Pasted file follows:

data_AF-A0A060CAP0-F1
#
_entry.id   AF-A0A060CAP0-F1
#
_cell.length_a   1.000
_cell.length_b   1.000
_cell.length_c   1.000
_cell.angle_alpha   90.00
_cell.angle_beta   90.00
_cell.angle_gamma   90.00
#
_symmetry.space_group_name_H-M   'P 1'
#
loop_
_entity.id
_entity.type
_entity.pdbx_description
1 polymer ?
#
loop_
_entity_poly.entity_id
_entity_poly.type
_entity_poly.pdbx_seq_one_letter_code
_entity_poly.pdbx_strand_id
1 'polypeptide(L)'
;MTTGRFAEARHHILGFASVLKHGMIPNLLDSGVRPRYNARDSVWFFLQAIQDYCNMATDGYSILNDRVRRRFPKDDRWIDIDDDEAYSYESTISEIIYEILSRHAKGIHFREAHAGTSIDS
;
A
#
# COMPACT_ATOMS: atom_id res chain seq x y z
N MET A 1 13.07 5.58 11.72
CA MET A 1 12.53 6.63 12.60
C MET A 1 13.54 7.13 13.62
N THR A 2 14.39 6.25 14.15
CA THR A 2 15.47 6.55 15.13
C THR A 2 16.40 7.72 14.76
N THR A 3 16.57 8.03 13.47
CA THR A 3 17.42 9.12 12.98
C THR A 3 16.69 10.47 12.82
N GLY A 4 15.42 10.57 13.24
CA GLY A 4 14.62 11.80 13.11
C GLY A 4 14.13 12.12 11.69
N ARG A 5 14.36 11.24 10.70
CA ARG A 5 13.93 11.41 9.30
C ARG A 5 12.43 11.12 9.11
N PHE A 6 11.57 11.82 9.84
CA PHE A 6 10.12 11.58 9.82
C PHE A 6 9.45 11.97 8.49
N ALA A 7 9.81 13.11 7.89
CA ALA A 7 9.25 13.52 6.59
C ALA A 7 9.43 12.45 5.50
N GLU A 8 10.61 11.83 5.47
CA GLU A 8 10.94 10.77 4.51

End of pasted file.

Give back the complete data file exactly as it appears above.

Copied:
data_AF-A0A060CAP0-F1
#
_entry.id   AF-A0A060CAP0-F1
#
_cell.length_a   1.000
_cell.length_b   1.000
_cell.length_c   1.000
_cell.angle_alpha   90.00
_cell.angle_beta   90.00
_cell.angle_gamma   90.00
#
_symmetry.space_group_name_H-M   'P 1'
#
loop_
_entity.id
_entity.type
_entity.pdbx_description
1 polymer ?
#
loop_
_entity_poly.entity_id
_entity_poly.type
_entity_poly.pdbx_seq_one_letter_code
_entity_poly.pdbx_strand_id
1 'polypeptide(L)'
;MTTGRFAEARHHILGFASVLKHGMIPNLLDSGVRPRYNARDSVWFFLQAIQDYCNMATDGYSILNDRVRRRFPKDDRWIDIDDDEAYSYESTISEIIYEILSRHAKGIHFREAHAGTSIDS
;
A
#
# COMPACT_ATOMS: atom_id res chain seq x y z
N MET A 1 13.07 5.58 11.72
CA MET A 1 12.53 6.63 12.60
C MET A 1 13.54 7.13 13.62
N THR A 2 14.39 6.25 14.15
CA THR A 2 15.47 6.55 15.13
C THR A 2 16.40 7.72 14.76
N THR A 3 16.57 8.03 13.47
CA THR A 3 17.42 9.12 12.98
C THR A 3 16.69 10.47 12.82
N GLY A 4 15.42 10.57 13.24
CA GLY A 4 14.62 11.80 13.11
C GLY A 4 14.13 12.12 11.69
N ARG A 5 14.36 11.24 10.70
CA ARG A 5 13.93 11.41 9.30
C ARG A 5 12.43 11.12 9.11
N PHE A 6 11.57 11.82 9.84
CA PHE A 6 10.12 11.58 9.82
C PHE A 6 9.45 11.97 8.49
N ALA A 7 9.81 13.11 7.89
CA ALA A 7 9.25 13.52 6.59
C ALA A 7 9.43 12.45 5.50
N GLU A 8 10.61 11.83 5.47
CA GLU A 8 10.94 10.77 4.51